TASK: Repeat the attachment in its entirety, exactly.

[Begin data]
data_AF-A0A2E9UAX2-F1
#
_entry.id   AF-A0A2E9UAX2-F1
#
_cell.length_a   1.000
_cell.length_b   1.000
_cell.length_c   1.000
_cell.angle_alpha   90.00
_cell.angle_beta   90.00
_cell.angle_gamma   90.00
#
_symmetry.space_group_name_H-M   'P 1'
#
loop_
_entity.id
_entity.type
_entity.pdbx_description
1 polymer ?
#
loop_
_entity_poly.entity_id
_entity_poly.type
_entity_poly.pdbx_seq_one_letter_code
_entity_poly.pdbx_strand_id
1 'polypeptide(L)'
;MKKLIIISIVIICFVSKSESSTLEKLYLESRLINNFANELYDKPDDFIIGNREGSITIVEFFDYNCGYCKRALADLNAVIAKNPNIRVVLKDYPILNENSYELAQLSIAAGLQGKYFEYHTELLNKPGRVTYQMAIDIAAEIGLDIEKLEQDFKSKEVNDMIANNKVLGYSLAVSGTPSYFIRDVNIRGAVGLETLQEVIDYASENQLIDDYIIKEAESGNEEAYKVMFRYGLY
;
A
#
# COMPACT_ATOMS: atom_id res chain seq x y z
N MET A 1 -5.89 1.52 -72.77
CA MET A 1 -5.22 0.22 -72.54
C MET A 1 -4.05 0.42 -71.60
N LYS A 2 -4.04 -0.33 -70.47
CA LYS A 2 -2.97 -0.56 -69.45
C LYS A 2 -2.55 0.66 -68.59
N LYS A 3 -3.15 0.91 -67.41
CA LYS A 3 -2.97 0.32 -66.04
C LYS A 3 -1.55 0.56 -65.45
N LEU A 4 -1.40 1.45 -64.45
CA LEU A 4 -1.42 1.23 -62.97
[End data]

data_AF-A0A2E9UAX2-F1
#
_entry.id   AF-A0A2E9UAX2-F1
#
_cell.length_a   1.000
_cell.length_b   1.000
_cell.length_c   1.000
_cell.angle_alpha   90.00
_cell.angle_beta   90.00
_cell.angle_gamma   90.00
#
_symmetry.space_group_name_H-M   'P 1'
#
loop_
_entity.id
_entity.type
_entity.pdbx_description
1 polymer ?
#
loop_
_entity_poly.entity_id
_entity_poly.type
_entity_poly.pdbx_seq_one_letter_code
_entity_poly.pdbx_strand_id
1 'polypeptide(L)'
;MKKLIIISIVIICFVSKSESSTLEKLYLESRLINNFANELYDKPDDFIIGNREGSITIVEFFDYNCGYCKRALADLNAVIAKNPNIRVVLKDYPILNENSYELAQLSIAAGLQGKYFEYHTELLNKPGRVTYQMAIDIAAEIGLDIEKLEQDFKSKEVNDMIANNKVLGYSLAVSGTPSYFIRDVNIRGAVGLETLQEVIDYASENQLIDDYIIKEAESGNEEAYKVMFRYGLY
;
A
#
# COMPACT_ATOMS: atom_id res chain seq x y z
N MET A 1 -5.89 1.52 -72.77
CA MET A 1 -5.22 0.22 -72.54
C MET A 1 -4.05 0.42 -71.60
N LYS A 2 -4.04 -0.33 -70.47
CA LYS A 2 -2.97 -0.56 -69.45
C LYS A 2 -2.55 0.66 -68.59
N LYS A 3 -3.15 0.91 -67.41
CA LYS A 3 -2.97 0.32 -66.04
C LYS A 3 -1.55 0.56 -65.45
N LEU A 4 -1.40 1.45 -64.45
CA LEU A 4 -1.42 1.23 -62.97